When you don’t carve that often you can easily make more mistakes when you re-emerge yourself into it. I had a super busy week at church, and although I have watched the Follansbee DVD numerous times on oak desk boxes, it didn’t stop me from goofing on my v tool work. According to the original 17th Century oak desk box, the outside lines on the tulips are supposed to stop short of the point on the leaf design. My outside lines were carried too far and are curved somewhat. I was looking at the line drawing and forgetting that the chopped accents are what makes the curvature at the ends of the lines. Oh well, you can’t see both sides at the same time anyway.
I really like the 17th century oak carved look. It is neat when I watch Peter Follansbee on his DVD cut through riven red oak like butter with a v tool. Since I’ve riven red oak from the log, I have a good idea of how much easier and faster it is to shape and carve red oak with greater moisture content.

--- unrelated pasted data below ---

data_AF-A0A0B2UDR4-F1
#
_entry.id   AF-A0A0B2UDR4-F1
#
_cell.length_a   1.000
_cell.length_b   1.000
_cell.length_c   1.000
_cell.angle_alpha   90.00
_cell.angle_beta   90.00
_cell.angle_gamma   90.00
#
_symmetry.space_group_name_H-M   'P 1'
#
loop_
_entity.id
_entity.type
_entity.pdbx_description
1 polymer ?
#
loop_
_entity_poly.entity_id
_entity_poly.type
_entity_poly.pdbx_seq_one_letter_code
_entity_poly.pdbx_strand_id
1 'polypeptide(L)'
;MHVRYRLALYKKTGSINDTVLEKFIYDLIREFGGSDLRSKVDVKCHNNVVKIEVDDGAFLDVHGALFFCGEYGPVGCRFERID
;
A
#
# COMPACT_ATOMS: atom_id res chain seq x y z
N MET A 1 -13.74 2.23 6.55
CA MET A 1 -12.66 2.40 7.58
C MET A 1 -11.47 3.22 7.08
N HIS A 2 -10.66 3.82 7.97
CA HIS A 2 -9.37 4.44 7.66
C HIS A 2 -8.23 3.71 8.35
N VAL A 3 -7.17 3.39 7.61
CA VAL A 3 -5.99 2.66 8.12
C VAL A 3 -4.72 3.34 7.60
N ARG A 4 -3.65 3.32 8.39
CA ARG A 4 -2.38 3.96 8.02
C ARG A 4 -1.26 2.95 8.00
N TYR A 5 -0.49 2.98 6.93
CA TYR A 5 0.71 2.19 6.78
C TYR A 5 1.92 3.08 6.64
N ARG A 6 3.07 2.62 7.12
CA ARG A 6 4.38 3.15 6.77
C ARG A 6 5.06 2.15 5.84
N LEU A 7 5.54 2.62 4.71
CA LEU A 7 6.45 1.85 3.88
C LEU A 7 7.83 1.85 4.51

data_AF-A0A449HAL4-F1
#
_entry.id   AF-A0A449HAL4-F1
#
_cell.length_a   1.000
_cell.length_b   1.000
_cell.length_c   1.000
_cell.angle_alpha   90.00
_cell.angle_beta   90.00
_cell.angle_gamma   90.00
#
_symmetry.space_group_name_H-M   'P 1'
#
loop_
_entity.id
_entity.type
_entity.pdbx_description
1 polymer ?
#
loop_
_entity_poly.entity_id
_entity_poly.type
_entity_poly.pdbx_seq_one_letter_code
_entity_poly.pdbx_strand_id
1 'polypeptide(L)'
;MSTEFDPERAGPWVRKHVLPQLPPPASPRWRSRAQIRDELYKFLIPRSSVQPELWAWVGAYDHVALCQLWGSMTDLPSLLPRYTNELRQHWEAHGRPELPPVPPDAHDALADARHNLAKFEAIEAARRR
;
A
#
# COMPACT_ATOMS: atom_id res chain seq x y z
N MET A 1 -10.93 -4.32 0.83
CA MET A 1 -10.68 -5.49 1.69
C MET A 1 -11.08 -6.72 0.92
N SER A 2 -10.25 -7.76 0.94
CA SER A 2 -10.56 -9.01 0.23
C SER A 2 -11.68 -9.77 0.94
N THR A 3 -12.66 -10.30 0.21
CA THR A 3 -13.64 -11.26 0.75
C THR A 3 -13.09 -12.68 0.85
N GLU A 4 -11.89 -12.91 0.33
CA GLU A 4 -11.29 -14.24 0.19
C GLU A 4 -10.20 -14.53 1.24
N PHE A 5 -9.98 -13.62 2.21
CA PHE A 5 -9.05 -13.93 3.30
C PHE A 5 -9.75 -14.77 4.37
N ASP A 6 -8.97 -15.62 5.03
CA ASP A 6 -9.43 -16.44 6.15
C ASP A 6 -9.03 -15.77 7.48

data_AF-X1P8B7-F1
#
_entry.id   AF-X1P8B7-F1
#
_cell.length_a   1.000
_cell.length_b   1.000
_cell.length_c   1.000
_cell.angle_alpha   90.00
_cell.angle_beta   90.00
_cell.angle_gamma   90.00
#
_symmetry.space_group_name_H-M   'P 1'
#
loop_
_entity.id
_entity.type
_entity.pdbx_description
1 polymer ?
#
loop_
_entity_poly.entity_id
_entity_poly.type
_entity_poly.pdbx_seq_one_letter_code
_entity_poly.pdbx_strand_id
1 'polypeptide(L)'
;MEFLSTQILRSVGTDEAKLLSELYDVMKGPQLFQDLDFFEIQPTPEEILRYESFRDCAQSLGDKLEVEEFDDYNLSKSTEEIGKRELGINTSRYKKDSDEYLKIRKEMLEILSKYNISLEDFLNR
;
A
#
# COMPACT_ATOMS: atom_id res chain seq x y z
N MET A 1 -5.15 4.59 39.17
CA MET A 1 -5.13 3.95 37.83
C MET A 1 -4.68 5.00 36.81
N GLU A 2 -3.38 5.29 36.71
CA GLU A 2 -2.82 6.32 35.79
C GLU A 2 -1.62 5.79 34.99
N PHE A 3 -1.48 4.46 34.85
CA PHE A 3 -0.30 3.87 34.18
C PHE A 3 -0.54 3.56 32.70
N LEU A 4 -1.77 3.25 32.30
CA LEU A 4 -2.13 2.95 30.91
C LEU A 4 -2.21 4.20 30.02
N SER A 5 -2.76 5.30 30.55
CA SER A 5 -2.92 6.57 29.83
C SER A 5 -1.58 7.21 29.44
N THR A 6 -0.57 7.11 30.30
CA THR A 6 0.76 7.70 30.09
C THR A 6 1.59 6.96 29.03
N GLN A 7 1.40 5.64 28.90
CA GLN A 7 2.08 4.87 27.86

Since I don’t access to oak logs right now, I am planning to carve subsequent 17th Century designs in clear basswood. It won’t have the characteristic grain pattern of riven red oak, but at least it won’t be as tough on carving tools also. I find this style of carving particularly refreshing in terms of giving some latitude on executing the designs. Carved lines can be irregular and still yield a wonderfully artistic piece of furniture. It is funny too how this style of carving makes you want to fill blank space as if the original carvers were uncomfortable or afraid of empty space. I never felt that way about chip carving. Previously, I actually incorporated empty space into my chip carvings on purpose.